(from Valencia) Large avenues lined with trees, the river, the port, the old city of Valencia flow under the eyes of the visitor while the Spanish Radio transmits the latest news from Italy. A commentator warns on the risk of reinstatement of racial laws in Italy and a resurgence of barbarism thought to belong to a bygone past. In the meantime the murals of the ancient barrio del Carmen depict the dead at sea, children rescued from the waters. Last Sunday, the open city of Valencia welcomed 630 migrants who disembarked from Aquarius rescue ship of the NGO Sos Mediterranée, thanks to the availability of the Spanish government, after Italy had refused entry 8 days earlier. The migrants are currently hosted in Red Cross centres for medical screenings and identification procedures. Children have been transferred to Alicante. The Archdiocese of Valencia has made all its resources available – reception centres, services, families, volunteers – to ensure “unlimited” welcome in the period that will follow the preliminary reception procedures coordinated by public institutions. For confidentiality and security purposes Caritas Valencia did not make known the locations where the migrants will be hosted. Caritas Valencia has a long tradition of solidarity and a long-time experience in this field with 6000 volunteer workers, the largest diocesan Caritas in Spain. It is here that the world’s first orphanage was set up along with the first centre for people with mental disorders in the 15th century. In fact the city’s patron Saint is the Virgen de los desemparados, Our Lady of the Homeless, and nobody is in greater need of a home than forced migrants. In 2017 it provided assistance to 25,000 migrants, including those in transit, or staying for short periods, through 439 parish Caritas centres, 69 diocesan residential schools, family homes and numerous innovative services and projects. 48% of Caritas “users” are foreigners. Before the arrival of the Aquarius migrants, it was decided to expand the staff and the homes to be made available. But the real strength is the model of social integration, geared to the autonomy of the hosted population..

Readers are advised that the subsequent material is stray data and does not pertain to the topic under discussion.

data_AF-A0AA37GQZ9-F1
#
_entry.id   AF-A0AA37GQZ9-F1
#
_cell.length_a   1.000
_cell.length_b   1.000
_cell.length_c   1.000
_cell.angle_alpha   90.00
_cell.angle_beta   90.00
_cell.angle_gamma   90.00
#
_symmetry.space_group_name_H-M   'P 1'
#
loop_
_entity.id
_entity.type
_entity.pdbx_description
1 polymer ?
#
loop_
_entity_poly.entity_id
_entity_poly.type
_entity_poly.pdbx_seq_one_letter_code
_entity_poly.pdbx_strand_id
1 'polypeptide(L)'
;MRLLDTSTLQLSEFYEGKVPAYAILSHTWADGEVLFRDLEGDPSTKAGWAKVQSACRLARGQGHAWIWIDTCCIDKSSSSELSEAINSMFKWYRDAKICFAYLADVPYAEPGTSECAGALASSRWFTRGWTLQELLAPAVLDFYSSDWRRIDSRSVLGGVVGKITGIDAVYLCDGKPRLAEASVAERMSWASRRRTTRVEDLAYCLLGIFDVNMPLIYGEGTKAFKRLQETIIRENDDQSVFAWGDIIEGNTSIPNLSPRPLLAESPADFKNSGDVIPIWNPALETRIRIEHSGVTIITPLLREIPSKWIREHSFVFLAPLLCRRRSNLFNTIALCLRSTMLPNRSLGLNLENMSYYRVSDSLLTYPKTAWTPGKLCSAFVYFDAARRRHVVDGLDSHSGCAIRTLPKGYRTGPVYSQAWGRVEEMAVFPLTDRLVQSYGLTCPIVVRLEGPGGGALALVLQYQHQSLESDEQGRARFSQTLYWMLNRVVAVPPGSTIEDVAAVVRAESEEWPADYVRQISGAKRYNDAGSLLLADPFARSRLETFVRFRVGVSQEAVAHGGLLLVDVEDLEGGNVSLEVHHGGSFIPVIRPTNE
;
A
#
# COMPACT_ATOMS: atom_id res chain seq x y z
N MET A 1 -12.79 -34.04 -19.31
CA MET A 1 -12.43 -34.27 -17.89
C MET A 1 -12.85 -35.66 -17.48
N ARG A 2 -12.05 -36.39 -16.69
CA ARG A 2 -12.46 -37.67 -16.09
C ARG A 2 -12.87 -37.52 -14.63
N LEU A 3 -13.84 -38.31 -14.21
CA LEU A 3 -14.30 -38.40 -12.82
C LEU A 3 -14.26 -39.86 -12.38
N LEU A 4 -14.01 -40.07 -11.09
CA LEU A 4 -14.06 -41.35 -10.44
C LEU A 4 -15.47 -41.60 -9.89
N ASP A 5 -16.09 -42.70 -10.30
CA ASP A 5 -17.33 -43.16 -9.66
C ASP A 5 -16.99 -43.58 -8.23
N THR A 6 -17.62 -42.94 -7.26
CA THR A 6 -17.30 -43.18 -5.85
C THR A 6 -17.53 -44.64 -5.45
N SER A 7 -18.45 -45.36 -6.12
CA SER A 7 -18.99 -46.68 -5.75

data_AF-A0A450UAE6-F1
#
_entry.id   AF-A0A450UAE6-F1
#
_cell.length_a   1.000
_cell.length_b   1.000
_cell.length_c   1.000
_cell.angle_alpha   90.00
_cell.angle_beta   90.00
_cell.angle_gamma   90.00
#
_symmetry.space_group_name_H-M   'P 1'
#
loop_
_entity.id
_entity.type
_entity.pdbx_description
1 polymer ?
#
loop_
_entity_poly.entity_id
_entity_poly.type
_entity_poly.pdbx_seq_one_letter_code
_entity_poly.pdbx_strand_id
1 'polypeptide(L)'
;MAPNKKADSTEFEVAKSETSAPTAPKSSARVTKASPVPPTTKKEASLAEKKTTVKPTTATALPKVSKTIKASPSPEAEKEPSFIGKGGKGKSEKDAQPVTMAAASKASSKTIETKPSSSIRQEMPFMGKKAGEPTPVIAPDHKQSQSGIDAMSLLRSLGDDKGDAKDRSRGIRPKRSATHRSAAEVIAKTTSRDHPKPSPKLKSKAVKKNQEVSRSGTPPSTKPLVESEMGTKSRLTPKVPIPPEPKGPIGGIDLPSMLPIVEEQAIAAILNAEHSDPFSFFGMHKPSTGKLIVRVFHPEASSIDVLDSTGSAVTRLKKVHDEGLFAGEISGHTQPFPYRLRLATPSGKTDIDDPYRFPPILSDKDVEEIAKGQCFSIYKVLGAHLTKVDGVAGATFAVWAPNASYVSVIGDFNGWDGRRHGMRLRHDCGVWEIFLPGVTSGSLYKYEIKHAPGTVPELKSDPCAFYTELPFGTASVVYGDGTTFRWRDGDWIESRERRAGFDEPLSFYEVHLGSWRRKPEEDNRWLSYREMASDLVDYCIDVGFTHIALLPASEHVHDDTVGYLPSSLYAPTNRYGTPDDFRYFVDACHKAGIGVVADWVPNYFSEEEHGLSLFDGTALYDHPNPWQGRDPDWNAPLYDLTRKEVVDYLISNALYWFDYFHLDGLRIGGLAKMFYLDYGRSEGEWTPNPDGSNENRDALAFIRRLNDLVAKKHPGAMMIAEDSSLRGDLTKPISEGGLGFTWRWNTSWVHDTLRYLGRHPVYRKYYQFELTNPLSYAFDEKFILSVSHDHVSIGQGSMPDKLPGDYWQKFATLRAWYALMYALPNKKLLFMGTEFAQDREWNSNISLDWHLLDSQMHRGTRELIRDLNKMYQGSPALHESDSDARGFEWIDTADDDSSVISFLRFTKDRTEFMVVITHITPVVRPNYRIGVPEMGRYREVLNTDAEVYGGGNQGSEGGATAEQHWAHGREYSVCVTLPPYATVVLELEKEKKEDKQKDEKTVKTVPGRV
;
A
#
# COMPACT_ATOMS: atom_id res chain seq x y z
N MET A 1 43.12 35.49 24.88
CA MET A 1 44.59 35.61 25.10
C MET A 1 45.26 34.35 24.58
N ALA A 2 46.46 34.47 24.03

A path leading to social integration. “For us assisting people means providing full assistance in all areas: accompaniment, closeness, legal assistance, job orientation, along with material, human and spiritual support”, Nacho Grande, Director of Caritas Valencia, told SIR. At the moment, the housing facilities host 38 asylum-seekers and 45 migrants sin papeles, (undocumented migrants). “We try to help them regularize their position.” The majority depart from Morocco and Algeria and cross the Strait of Gibraltar with makeshift boats. They arrive in the so-called “southern frontier”, the Andalusian coasts, then move eastwards through other Spanish cities until they reach Valencia. Others arrive from the north. Over 14 000 arrived in the first six months of 2018, 50% more compared to last year (figures released by the UN High Commissioner for Refugees – UNHCR), signalling a new change in migratory routes. However, there is also a reverse migration, whereby migrants from Latin America and East European Countries are returning to their country of origin for lack of work in the orange harvest or in services.